“They don’t see the world as we do” the problem with Russia

After the collapse of the USSR there was a honeymoon period when the West and Russia had ‘good relations’. This period coincided of course with a chaotic transformation of the Russian economy and Russian society to free-market capitalism – a period in which a few Russians – often with prior links to either crime or the Soviet State machine – became very wealthy and many Russians suffered a great deal.

In the last 10 years it has all gone wrong; now the US is on Russia’s list of “unfriendly nations” and the UK is probably not far behind. Differences over Crimea and Syria and the Arctic play a large part. As no doubt do various (likely) Russian intelligence operations in Europe. The Litvinenko poisoning went largely unanswered, but in the febrile atmosphere after the annexation of Crimea the attempt on the life of Skripal did not. My own view is that it is highly likely that a Russian spy agency poisoned the Skripals and that this was a significant political mistake – they simply don’t grasp how these things are seen in the West.

But, behind all this, there is a difference of minds. Russia, under Putin and his allies, has gathered itself and found a direction. It defends its national interests and “pursues its own path to development”. And it is this that the West cannot abide. Western politicians and operators in the military machine simply seem to lack the breadth of diplomatic skills and maturity to deal with a partner who is different and who wants to be equal. This is confirmed by this comment today reported in the Daily Telegraph by a senior UK Military commander:

General Sir Patrick Sanders, the head of Britain’s Strategic Command, says the West “assumed our adversaries would see the world as we did” when it ended but “they didn’t”.

And that, really is it. Why on earth should Russia “see the world as we do”? How ignorant do you have to be to think that a state with a long history of its own is suddenly, overnight, going to wash away that history and adopt your cultural values and mindset just because they have reached a watershed moment in their history? Did France in 1789 cease being France? But this is what Sir Patrick demands. Otherwise it is war. Of course; Russia has its own history, completely different from ours e.g. no Roman occupation, a different religion – in fact multiple different religions. They live in a different part of the world with a different climate. (And as Nietzsche knew climate affects national character). When the Soviet Union fell of course Russia was going to pick itself up and go forwards in a direction based on their own values and history.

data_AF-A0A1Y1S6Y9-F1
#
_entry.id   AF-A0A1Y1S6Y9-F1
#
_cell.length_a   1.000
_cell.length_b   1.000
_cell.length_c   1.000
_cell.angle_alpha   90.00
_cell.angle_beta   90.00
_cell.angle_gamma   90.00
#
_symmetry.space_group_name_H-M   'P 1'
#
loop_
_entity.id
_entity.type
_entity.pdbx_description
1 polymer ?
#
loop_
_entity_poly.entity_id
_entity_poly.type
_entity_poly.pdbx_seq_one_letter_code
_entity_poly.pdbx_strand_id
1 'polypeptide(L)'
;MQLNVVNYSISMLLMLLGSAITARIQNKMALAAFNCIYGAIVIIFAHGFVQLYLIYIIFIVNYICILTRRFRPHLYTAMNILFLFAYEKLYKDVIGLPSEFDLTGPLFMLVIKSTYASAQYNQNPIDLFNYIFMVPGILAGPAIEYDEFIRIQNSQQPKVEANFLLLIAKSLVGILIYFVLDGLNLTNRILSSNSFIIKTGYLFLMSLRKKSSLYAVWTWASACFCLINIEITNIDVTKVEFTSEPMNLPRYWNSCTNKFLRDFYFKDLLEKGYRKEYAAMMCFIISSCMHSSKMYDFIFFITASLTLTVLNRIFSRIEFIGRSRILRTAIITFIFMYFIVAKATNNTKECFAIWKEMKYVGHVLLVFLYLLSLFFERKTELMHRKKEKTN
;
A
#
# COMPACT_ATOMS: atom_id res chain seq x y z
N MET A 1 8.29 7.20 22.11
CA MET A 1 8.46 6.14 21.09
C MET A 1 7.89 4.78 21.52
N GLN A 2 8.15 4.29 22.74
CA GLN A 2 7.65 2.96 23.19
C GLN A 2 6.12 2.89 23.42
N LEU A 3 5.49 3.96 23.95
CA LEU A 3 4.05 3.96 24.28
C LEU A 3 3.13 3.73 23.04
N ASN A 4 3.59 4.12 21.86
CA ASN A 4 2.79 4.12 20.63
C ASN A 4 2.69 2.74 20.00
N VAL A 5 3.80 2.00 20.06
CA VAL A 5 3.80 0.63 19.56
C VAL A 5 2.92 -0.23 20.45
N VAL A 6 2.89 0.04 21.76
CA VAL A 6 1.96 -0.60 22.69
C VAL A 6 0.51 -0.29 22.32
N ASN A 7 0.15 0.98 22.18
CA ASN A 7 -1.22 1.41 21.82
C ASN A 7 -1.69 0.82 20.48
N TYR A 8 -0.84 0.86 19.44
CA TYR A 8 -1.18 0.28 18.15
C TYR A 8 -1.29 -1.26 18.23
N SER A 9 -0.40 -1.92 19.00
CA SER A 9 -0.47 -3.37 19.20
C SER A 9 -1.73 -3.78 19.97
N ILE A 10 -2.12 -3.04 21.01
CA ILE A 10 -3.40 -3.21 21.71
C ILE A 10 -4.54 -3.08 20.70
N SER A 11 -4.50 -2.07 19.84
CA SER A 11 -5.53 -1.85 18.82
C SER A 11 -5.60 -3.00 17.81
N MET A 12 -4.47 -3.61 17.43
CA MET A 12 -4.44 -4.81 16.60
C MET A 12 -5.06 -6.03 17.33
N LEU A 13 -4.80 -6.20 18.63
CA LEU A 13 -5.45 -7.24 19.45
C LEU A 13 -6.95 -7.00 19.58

Sir Patrick’s text (these people often use the Telegraph to make controlled public position statements) then explains how Britain is gearing up to be an effective adversary of Russia in the supposed new multi-domain hybrid warfare space. There is the interesting admission that this is a rekindling of Britain’s imperial past. And a partial admission relating to Britain’s cyber attacks on other countries which are described amusingly as “reconnaissance”. The problem is perhaps that warriors like Sir Patrick are making the running. And this is because there are no statesmen and diplomats above them with the depth of vision and maturity to reign them in.

In the stand-off between the West and Russia there appears to be a lack of awareness of the need to understand – and respect – how the other side thinks. And above all not to assume that different means bad or dangerous. The fault appears to be more entrenched in the West but Russia could do more here too, to understand how Western leaders think – what matters to them – and to adjust their actions accordingly.

Author: justinwyllie

EFL Teacher and Photographer